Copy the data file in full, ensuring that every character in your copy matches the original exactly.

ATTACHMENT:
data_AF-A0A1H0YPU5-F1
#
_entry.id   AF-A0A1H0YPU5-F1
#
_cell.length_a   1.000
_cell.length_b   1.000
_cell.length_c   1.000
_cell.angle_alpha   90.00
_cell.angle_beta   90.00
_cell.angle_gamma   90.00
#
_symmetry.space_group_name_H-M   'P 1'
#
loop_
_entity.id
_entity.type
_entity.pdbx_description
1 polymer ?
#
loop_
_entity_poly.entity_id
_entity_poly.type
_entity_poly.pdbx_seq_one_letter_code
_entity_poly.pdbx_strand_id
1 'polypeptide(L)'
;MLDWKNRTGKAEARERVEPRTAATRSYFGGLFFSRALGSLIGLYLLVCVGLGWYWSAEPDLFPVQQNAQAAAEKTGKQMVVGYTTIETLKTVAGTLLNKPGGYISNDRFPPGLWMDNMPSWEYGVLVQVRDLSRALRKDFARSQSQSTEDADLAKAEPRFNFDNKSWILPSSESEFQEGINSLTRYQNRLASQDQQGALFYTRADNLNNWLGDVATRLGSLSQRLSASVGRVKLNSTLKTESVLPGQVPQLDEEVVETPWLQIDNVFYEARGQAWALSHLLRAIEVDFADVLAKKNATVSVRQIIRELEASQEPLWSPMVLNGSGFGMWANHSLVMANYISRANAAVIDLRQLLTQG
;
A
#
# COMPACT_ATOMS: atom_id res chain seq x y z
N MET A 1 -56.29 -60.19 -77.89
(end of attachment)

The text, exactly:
data_AF-A0A1H0YPU5-F1
#
_entry.id   AF-A0A1H0YPU5-F1
#
_cell.length_a   1.000
_cell.length_b   1.000
_cell.length_c   1.000
_cell.angle_alpha   90.00
_cell.angle_beta   90.00
_cell.angle_gamma   90.00
#
_symmetry.space_group_name_H-M   'P 1'
#
loop_
_entity.id
_entity.type
_entity.pdbx_description
1 polymer ?
#
loop_
_entity_poly.entity_id
_entity_poly.type
_entity_poly.pdbx_seq_one_letter_code
_entity_poly.pdbx_strand_id
1 'polypeptide(L)'
;MLDWKNRTGKAEARERVEPRTAATRSYFGGLFFSRALGSLIGLYLLVCVGLGWYWSAEPDLFPVQQNAQAAAEKTGKQMVVGYTTIETLKTVAGTLLNKPGGYISNDRFPPGLWMDNMPSWEYGVLVQVRDLSRALRKDFARSQSQSTEDADLAKAEPRFNFDNKSWILPSSESEFQEGINSLTRYQNRLASQDQQGALFYTRADNLNNWLGDVATRLGSLSQRLSASVGRVKLNSTLKTESVLPGQVPQLDEEVVETPWLQIDNVFYEARGQAWALSHLLRAIEVDFADVLAKKNATVSVRQIIRELEASQEPLWSPMVLNGSGFGMWANHSLVMANYISRANAAVIDLRQLLTQG
;
A
#
# COMPACT_ATOMS: atom_id res chain seq x y z
N MET A 1 -56.29 -60.19 -77.89